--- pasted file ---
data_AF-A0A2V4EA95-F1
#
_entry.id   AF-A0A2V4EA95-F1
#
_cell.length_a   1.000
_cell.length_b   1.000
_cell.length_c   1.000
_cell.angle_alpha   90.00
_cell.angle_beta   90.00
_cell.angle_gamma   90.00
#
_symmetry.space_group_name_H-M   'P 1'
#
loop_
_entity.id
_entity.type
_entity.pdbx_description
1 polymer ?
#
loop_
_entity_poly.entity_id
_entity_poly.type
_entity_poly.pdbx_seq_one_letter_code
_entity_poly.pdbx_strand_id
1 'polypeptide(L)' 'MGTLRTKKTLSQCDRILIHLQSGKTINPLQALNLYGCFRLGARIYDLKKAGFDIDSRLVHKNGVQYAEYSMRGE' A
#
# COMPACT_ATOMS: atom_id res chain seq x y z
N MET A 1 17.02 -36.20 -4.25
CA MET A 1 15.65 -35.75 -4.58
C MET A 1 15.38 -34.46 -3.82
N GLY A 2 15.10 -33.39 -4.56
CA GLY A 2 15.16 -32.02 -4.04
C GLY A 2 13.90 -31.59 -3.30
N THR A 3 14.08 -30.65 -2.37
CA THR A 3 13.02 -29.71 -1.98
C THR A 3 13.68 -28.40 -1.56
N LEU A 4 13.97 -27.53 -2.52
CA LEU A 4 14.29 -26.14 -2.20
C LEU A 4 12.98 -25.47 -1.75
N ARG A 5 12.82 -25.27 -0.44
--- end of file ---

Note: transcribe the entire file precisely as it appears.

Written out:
data_AF-A0A2V4EA95-F1
#
_entry.id   AF-A0A2V4EA95-F1
#
_cell.length_a   1.000
_cell.length_b   1.000
_cell.length_c   1.000
_cell.angle_alpha   90.00
_cell.angle_beta   90.00
_cell.angle_gamma   90.00
#
_symmetry.space_group_name_H-M   'P 1'
#
loop_
_entity.id
_entity.type
_entity.pdbx_description
1 polymer ?
#
loop_
_entity_poly.entity_id
_entity_poly.type
_entity_poly.pdbx_seq_one_letter_code
_entity_poly.pdbx_strand_id
1 'polypeptide(L)' 'MGTLRTKKTLSQCDRILIHLQSGKTINPLQALNLYGCFRLGARIYDLKKAGFDIDSRLVHKNGVQYAEYSMRGE' A
#
# COMPACT_ATOMS: atom_id res chain seq x y z
N MET A 1 17.02 -36.20 -4.25
CA MET A 1 15.65 -35.75 -4.58
C MET A 1 15.38 -34.46 -3.82
N GLY A 2 15.10 -33.39 -4.56
CA GLY A 2 15.16 -32.02 -4.04
C GLY A 2 13.90 -31.59 -3.30
N THR A 3 14.08 -30.65 -2.37
CA THR A 3 13.02 -29.71 -1.98
C THR A 3 13.68 -28.40 -1.56
N LEU A 4 13.97 -27.53 -2.52
CA LEU A 4 14.29 -26.14 -2.20
C LEU A 4 12.98 -25.47 -1.75
N ARG A 5 12.82 -25.27 -0.44